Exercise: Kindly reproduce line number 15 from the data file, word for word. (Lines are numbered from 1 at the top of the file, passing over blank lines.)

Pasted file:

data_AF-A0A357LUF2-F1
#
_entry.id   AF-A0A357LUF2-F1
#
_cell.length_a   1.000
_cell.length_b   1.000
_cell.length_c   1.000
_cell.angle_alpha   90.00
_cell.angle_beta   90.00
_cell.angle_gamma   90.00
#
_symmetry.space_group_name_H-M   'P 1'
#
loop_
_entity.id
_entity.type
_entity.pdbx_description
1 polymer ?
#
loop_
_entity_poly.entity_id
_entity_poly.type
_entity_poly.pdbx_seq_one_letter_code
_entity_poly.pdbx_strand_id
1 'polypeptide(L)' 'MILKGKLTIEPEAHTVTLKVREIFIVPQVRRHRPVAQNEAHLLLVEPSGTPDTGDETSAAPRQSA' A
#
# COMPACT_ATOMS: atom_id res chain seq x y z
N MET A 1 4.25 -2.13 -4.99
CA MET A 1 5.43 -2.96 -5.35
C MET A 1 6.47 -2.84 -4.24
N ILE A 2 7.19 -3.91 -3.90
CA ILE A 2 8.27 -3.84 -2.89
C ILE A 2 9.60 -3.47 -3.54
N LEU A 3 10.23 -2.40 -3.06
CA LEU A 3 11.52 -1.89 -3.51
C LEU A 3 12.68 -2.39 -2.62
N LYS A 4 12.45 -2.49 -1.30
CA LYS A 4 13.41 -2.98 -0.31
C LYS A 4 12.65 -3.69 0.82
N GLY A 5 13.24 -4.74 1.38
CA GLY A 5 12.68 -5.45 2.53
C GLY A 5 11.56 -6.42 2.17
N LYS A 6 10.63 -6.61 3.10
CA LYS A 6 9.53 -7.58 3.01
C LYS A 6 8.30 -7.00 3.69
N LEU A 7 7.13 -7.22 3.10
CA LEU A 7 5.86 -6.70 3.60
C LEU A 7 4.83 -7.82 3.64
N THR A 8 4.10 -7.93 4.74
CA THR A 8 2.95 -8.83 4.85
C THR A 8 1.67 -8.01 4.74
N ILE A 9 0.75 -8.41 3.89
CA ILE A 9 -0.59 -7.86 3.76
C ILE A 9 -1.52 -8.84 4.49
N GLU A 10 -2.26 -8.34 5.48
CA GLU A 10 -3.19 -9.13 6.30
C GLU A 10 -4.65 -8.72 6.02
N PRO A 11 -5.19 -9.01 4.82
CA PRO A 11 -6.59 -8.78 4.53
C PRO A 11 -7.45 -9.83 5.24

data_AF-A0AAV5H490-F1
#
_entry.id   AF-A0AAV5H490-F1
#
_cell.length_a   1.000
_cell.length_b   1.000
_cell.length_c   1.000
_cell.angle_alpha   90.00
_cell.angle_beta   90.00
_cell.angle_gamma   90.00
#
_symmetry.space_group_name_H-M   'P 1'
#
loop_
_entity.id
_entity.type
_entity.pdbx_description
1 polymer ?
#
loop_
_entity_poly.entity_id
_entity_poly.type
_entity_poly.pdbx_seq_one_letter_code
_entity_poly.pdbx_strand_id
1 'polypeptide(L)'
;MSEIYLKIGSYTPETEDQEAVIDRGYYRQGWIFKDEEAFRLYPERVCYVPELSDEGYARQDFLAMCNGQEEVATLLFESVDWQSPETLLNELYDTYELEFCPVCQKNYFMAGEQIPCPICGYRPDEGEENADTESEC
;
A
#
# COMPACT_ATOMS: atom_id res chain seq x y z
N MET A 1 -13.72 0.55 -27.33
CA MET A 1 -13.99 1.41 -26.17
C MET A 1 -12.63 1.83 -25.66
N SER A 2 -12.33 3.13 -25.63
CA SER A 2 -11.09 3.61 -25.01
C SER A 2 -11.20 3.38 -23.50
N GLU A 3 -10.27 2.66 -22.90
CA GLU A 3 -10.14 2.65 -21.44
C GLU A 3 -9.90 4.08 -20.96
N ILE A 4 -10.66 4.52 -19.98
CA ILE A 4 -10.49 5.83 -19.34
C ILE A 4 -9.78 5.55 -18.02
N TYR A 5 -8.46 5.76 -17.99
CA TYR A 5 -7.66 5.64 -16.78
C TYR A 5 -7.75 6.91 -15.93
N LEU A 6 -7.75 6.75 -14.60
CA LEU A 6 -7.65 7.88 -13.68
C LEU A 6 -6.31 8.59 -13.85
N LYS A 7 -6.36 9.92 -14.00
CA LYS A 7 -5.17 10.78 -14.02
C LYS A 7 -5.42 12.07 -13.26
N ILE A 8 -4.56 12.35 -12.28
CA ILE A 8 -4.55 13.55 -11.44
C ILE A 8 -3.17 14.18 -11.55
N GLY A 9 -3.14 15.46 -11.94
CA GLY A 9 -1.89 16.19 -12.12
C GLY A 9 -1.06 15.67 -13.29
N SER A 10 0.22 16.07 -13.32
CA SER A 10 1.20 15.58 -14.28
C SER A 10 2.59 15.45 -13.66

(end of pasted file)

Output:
_entity.id